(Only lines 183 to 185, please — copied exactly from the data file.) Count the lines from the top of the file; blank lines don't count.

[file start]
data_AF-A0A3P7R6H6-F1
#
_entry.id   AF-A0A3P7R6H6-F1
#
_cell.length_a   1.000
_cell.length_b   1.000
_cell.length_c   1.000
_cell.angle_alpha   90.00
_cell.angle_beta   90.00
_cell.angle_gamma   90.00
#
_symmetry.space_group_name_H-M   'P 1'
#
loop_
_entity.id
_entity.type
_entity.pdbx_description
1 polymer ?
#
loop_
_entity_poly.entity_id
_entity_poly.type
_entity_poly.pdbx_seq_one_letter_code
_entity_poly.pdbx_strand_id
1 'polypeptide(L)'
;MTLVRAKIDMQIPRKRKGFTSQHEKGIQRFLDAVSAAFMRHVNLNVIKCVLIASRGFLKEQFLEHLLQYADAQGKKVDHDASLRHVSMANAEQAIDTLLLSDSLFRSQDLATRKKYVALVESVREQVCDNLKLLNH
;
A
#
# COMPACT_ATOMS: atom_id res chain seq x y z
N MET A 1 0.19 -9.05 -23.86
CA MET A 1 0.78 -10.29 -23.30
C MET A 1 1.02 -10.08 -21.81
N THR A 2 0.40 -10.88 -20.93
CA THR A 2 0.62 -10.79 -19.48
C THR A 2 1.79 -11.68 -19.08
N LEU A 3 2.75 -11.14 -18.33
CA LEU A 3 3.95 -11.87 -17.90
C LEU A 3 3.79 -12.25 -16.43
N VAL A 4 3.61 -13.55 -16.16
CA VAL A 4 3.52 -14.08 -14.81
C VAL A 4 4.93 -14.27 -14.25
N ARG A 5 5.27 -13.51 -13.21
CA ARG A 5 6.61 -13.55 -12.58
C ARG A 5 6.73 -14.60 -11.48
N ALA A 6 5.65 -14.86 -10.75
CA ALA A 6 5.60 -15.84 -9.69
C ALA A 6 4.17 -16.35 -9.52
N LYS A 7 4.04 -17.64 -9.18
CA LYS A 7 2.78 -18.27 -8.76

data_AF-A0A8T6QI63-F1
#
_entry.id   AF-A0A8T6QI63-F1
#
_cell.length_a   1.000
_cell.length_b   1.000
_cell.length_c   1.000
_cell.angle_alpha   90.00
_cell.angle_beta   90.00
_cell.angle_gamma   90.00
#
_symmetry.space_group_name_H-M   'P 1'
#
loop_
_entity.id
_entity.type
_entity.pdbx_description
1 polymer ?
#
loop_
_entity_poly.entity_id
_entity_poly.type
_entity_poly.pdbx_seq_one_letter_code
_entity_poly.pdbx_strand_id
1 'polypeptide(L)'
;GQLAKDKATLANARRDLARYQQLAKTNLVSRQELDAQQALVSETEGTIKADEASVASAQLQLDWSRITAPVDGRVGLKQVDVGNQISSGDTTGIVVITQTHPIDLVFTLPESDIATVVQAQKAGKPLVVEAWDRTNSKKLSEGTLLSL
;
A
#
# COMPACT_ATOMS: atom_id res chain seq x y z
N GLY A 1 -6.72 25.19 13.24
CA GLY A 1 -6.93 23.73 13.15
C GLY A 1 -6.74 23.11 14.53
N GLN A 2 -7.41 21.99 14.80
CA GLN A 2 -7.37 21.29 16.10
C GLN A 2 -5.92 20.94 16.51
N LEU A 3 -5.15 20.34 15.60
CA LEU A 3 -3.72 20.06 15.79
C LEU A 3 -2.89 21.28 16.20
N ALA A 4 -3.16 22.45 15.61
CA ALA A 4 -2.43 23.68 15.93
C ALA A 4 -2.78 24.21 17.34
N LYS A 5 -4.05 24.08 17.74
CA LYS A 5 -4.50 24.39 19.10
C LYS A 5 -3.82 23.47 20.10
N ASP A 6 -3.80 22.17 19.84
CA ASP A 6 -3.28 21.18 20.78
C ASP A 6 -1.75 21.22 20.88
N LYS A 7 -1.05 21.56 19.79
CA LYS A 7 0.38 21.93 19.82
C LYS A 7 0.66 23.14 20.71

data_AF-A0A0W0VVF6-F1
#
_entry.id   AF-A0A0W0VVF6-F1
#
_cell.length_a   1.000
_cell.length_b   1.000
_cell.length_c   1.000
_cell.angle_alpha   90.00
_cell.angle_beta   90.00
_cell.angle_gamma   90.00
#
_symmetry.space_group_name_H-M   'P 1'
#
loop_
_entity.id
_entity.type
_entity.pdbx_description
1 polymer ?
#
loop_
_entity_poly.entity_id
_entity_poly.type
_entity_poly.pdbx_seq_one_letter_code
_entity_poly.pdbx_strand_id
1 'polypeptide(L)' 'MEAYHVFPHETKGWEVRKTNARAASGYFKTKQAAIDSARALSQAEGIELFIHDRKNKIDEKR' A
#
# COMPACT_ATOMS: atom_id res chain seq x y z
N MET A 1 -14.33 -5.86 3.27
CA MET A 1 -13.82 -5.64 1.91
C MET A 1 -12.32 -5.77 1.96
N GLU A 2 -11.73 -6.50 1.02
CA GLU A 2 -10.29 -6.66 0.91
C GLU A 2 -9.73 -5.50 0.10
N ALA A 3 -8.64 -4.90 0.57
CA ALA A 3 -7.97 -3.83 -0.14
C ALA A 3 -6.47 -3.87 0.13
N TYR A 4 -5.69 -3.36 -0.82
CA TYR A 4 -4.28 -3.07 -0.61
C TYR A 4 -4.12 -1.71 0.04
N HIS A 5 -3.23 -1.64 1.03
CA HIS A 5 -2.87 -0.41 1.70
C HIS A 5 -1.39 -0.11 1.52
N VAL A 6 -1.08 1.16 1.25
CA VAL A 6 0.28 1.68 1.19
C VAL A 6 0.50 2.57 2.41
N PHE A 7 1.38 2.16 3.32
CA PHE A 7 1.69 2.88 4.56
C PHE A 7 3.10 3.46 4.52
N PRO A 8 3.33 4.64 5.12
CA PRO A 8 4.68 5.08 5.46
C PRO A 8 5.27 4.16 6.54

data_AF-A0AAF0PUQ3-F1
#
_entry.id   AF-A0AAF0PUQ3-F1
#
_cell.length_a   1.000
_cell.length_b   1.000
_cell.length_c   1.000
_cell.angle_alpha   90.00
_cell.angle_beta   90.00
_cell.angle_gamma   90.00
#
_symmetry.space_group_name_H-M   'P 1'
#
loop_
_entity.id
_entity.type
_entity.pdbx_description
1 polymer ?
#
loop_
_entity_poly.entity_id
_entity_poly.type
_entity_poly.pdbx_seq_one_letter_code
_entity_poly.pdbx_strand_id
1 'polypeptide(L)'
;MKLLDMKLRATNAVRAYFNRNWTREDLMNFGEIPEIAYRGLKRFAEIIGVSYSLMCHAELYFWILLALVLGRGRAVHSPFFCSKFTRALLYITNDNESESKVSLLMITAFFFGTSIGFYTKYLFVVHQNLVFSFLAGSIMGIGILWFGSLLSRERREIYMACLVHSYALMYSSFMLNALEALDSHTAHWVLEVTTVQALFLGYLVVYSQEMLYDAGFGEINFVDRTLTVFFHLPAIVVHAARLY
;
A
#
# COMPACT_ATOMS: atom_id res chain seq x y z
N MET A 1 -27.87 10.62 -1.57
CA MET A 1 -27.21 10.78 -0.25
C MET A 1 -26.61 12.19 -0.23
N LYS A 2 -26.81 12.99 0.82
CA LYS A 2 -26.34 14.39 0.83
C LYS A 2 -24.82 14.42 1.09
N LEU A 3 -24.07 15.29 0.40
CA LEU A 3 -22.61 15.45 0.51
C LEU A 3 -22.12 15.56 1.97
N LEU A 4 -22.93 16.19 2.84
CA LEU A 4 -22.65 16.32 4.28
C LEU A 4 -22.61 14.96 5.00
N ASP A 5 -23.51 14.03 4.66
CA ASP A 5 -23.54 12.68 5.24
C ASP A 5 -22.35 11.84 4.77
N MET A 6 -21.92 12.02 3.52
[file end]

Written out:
N MET A 1 -27.87 10.62 -1.57
CA MET A 1 -27.21 10.78 -0.25
C MET A 1 -26.61 12.19 -0.23